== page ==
Monthly Archives: August 2017

THE PLASTIC BAG DILEMMA

The introduction of the 5p charge for plastic shopping bags in 2015 caused a fantastic 84% drop in bags being handed out in UK supermarkets. A much welcomed and decisive step in the right direction. At the same time we have also seen the rise of biodegradable and compostable bags and packaging. But as with many new laws and inventions, there are often unforeseen consequences. Ireland’s tax on plastic shopping bags, and the plastic bag ban across some territories in Australia more recently, resulted in a significant increase in sales of heavier plastic waste bags for kitchen bins. Biodegradable bags are made of a blend of plastic and corn or potato starch and will decompose in water and in CO2 but still cause plastic pollution in the long run. Bioplastic crops needed for this type of bag, and for compostable packaging in general, compete for land with biofuels and food crops, causing big problems such as loss of rainforests in favour of agricultural land use. The dilemma continues when you consider the environmental impact of paper bags and cotton bags in terms of resource use, energy and greenhouse outcomes. According to a UK Environmental Agency report, a paper bag would need to be re-used at least four times and a cotton bag 173 times to have a lower environmental impact than a single-use plastic bag.

The simple solution is to avoid single use bags altogether and to have our own supply of cotton bags always at the ready. In addition to the usual cotton and hemp carrier bags, we can also have small fabric bags for bagging up fruit, veg, bread and other loose items in the shops. I made a variety of small bags one afternoon from fabric I had saved over time, including my sons’ first cot bedlinen. If you don’t sew, you can buy organic cotton drawstring bags from  Etsy or a dozen other online shops. As for kitchen bin bags – since I decided to live without plastic bags altogether we had to be more rigorous about separating compost, cooked food and recyclables so that the kitchen bin can be emptied straight into the large bin outside without the use of a bag. My little shopping bags are precious to me now and I wouldn’t dream of throwing them away or using them as a bin bag. It’s just a small mind shift from ‘throw-away’ to ‘keepsake’ that puts the solution to the big problems into our own hands.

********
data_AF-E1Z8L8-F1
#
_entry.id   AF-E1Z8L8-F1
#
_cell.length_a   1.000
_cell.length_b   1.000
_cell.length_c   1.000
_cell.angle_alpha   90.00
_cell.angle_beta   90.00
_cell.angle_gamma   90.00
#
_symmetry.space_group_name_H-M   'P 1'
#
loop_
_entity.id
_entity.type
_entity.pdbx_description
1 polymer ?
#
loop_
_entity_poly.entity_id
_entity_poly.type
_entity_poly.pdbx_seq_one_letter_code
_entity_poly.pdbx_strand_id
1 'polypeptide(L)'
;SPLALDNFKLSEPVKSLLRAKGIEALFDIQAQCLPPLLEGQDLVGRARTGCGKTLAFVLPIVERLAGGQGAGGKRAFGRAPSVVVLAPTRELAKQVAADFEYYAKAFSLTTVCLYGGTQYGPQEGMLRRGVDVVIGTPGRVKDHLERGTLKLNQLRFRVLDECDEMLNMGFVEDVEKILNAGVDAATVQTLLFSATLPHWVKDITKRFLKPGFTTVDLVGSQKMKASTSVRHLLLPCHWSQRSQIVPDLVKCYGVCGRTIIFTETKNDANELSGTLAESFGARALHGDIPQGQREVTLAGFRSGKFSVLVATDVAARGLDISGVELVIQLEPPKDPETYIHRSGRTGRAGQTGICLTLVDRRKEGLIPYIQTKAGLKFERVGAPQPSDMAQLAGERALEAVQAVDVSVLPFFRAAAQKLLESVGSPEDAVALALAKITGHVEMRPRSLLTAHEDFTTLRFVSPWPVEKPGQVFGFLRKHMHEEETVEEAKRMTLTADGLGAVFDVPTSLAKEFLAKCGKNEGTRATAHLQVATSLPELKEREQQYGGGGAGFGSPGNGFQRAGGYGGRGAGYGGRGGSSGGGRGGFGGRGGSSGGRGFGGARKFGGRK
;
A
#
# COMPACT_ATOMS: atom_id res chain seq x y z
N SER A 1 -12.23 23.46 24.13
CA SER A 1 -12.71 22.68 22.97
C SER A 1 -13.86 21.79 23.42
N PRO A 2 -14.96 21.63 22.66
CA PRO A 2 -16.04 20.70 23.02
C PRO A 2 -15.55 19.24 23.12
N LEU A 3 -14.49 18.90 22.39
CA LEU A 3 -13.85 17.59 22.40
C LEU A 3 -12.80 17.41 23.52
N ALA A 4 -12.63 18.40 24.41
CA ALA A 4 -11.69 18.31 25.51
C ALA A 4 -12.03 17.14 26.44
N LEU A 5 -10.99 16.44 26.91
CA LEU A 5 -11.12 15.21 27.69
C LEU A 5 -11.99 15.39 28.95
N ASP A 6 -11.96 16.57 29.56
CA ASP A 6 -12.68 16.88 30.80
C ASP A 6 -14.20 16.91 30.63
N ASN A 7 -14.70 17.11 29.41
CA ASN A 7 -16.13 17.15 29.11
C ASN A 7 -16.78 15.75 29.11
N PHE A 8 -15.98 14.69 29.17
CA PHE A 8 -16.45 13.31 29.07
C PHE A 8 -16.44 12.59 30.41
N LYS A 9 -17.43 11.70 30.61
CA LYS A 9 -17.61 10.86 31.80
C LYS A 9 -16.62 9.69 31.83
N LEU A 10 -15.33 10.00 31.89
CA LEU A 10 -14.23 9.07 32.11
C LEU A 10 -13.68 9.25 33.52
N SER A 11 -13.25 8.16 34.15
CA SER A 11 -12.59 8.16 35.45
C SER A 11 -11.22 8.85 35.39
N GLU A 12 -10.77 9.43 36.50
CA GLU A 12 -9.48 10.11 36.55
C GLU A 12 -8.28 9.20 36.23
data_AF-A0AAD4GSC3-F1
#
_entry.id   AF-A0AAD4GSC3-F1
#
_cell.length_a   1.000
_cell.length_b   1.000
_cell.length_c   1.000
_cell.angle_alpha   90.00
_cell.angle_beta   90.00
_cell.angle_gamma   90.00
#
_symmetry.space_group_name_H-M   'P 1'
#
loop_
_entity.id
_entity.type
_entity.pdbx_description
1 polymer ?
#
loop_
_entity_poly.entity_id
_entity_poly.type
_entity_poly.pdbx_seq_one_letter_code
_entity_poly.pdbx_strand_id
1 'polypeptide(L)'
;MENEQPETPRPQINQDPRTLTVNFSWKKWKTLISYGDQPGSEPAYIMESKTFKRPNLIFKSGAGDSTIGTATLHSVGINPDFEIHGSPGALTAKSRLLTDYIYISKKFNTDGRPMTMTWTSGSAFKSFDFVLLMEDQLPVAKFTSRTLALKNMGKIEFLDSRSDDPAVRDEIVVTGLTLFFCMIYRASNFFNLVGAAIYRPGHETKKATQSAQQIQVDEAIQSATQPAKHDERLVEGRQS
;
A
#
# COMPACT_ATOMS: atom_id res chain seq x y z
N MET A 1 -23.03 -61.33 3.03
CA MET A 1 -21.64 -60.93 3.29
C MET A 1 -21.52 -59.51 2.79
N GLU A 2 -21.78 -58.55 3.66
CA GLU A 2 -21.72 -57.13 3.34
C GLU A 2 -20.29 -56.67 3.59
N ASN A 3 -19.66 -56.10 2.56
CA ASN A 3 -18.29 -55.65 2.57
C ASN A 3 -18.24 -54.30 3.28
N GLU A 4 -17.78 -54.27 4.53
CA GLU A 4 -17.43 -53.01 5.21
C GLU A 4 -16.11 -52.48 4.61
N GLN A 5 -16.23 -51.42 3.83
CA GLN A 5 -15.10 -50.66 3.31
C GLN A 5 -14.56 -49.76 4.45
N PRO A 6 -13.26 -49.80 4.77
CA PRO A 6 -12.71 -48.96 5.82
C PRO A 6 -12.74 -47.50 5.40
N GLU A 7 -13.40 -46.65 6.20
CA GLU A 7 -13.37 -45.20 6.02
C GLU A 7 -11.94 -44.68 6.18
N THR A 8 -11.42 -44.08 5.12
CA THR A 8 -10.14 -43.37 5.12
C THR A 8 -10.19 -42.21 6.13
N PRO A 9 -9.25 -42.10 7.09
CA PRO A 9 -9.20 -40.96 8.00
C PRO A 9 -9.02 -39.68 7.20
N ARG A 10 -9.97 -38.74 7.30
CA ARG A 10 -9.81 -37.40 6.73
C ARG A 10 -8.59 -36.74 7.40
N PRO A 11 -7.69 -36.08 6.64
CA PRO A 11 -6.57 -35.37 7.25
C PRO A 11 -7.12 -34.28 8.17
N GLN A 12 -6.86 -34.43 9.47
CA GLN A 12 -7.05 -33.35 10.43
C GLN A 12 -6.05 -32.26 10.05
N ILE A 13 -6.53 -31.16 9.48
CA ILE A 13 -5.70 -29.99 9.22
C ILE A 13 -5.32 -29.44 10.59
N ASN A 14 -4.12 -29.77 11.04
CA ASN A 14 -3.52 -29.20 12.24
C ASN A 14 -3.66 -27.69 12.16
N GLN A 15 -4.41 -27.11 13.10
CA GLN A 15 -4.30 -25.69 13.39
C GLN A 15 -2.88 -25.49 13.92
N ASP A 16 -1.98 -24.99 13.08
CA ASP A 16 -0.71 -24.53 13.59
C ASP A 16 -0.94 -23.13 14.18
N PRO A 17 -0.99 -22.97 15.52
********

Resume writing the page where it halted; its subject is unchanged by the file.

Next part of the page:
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CAUSING RIPPLES IN PLASTIC-FREE JULY

In July, I was invited to give two workshops on living without plastic at the Seed Festival at Hawkwood College, near Stroud. This beautiful, small eco-festival aims to inspire a more intimate and personal connection with the world and our place within it. It featured ‘green’ speakers, movers & shakers, musicians, poets and artists. The invitation coincided nicely with the global plastic-free-July campaign.

In order to gain some practice for the Seed Festival workshops I hooked up with Transition Stroud to organise an evening workshop for anyone interested locally. Expecting a small group, I prepared a slideshow and planned to make toothpaste and deodorant together with whoever came along. To my complete amazement, over 50 people showed up and squeezed into the small venue. We had a fantastic, lively evening with people of all ages asking great questions and scrutinising the various plastic-free household items I had brought with me. The evening was followed by a public meeting in Stroud which resulted in a new action group being formed, to tackle reducing single-use plastic in our area. Four of the participants joined the plastic-free July campaign and have joined the new Stroud action group as core members. At the Seed Festival, I was once again bowled over by interest the workshops generated where, in total, some 80 people or so participated. For one of the workshops we migrated outside, as the allocated room was too small.

I am encouraged by the seemingly high number of people who want to change our reliance on plastic packaging and who want to be proactive. The number of people immediately taking some form of action when we talk about it makes me think that this ‘movement’ is ready to gain momentum and spread more widely. The thought of causing ripples far beyond our community makes me excited about how new habits can take off and become contagious. I couldn’t have thought of a better way to spend a plastic-free July.

Thank you to my friends Katie from Hawkwood College and Erik from Transition Stroud and also to my husband and sons for their support and participation.

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